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Combat in "A World Not for Us:" Revolutionary Writing in Aimé Césaire and Ghassan Kanafani

  • Author(s): Silmi, Amirah Mohammad
  • Advisor(s): Trinh, Minh-ha T.
  • et al.


Combat in a “World Not for Us:” Revolutionary Writing in Aimé Césaire and Ghassan Kanafani


Amirah Mohammad Silmi

Doctor of Philosophy in Rhetoric

University of California, Berkeley

Professor Trinh, T. Minh-ha, Chair

This dissertation explores how the writings of two colonized writers, Aimé Césaire and Ghassan Kanafani, constitute in themselves acts of freedom by combatting a rationalized knowledge that determines what is to be known and what is to be unknown. The dissertation underlines how an act of freedom, as exemplified by the texts of both writers, entails courage in confronting the cruel in a colonized life, as it entails the bravery of taking the risk of tearing open shields of concealment and denial.

The dissertation is not an investigation of the similarities and/or differences between the two writers. It is rather an “excavation” of their texts for points where there remain fragments hidden in margins or buried in gaps that point to other lives, other modes of being, in which the colonized share more than their colonized being. The dissertation is thus a relating of their writings, it is a linking, beyond classificatory categories, of the spaces where their writings mobilize and evoke each other, a search for spaces where they resonate.

In both writers’ texts, the word (poetic image) is a material object, which carries with it the load of the life that gave birth to it. In its materiality, the word carries a force that allows it to mobilize another. This study is thus not an attempt to extract the reality of the colonized from Kanafani’s and Césaire’s texts, but rather the focus here is on the latter’s creative ability, their moving force, their effects as acts of combat.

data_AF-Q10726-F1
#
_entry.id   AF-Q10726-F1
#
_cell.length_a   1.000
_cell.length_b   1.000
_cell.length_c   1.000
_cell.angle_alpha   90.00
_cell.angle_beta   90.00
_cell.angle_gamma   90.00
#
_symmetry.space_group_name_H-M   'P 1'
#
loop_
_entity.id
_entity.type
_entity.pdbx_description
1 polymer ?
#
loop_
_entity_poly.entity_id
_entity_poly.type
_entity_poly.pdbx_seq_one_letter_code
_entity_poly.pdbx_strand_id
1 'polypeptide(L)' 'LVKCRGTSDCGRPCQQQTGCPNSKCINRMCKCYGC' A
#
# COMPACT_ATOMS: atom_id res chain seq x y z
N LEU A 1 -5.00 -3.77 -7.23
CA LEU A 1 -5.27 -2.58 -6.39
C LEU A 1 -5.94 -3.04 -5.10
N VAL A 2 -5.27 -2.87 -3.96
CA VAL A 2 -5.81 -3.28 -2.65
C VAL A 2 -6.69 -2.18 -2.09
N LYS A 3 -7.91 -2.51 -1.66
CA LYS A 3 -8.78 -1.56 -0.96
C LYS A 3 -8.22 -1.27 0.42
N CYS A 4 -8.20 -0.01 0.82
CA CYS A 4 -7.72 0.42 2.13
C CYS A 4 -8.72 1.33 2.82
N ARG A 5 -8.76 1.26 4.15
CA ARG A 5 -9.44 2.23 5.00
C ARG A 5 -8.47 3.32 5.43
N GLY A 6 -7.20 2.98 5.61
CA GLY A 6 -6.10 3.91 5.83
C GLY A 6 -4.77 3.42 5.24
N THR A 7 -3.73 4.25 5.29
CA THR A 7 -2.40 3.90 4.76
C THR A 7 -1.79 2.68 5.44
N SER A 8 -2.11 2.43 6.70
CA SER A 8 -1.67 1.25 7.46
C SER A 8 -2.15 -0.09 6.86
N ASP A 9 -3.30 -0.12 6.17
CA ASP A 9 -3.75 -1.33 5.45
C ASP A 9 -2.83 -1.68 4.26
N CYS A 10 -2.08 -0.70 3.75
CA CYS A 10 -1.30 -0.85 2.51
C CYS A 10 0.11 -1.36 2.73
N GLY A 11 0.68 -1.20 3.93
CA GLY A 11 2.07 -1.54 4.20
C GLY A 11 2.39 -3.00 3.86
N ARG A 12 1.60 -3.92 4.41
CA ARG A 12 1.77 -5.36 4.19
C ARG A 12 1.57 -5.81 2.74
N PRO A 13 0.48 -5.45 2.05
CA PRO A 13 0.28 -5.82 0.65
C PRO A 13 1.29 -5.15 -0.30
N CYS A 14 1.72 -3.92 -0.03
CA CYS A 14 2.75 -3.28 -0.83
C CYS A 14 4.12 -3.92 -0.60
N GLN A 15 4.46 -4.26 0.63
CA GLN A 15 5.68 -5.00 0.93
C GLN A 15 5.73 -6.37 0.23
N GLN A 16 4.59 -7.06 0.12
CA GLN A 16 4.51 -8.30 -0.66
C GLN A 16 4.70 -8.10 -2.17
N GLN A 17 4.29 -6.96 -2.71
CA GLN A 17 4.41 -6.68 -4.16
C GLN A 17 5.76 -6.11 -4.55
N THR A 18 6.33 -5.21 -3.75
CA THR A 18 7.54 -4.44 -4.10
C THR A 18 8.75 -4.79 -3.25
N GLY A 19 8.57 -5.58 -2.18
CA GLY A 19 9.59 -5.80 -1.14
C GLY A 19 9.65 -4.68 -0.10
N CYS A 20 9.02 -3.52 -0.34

The dissertation demonstrates how it is in the realm of passions that both writers’ texts operate to allow for a non-rationalized knowledge. To be colonized is to live a degenerate, stagnant, and dead life. The mobilization of passions become not only a mobilization of other sources and ways of knowing, but more importantly a mobilization of the forces of life. The combat in both writers is not against an external entity, but it takes the form of a series of battles through which the colonized seeks to rid himself of his colonized being, to shed it off, to allow for the possibility of another life. Their texts are, therefore, not revolutionary in the sense that they call for action, but rather in that they do not allow for an anesthetized being.

A free practice does not allow for a confined being, including imprisonment in an identity or within an already defined historical trajectory. The writings of Aimé Césaire and Ghassan Kanafani refuse to position the colonized as the Other, who seeks the position of the Same. Entailed in this refusal, their defiance of existing discourses on the colonized. Their combat is not one of a politics of identity. Their writings dismantle any established identity while blocking the possibility of establishing one. Moreover, part of their defiance to colonial as well as anti-colonial discourses is their rejection of a historical discourse of the Revolution that leaves the colonized as the Other and past of the colonizer. This refusal takes the form of maintaining that freedom is a practice not an end to be achieved. Acting outside the mode of being of exchange values, the fidai/rebel, in both writers, is not to be asked why he is willing to sacrifice his life for a dignified life. For a free act cannot be confined by questions of utility or return.

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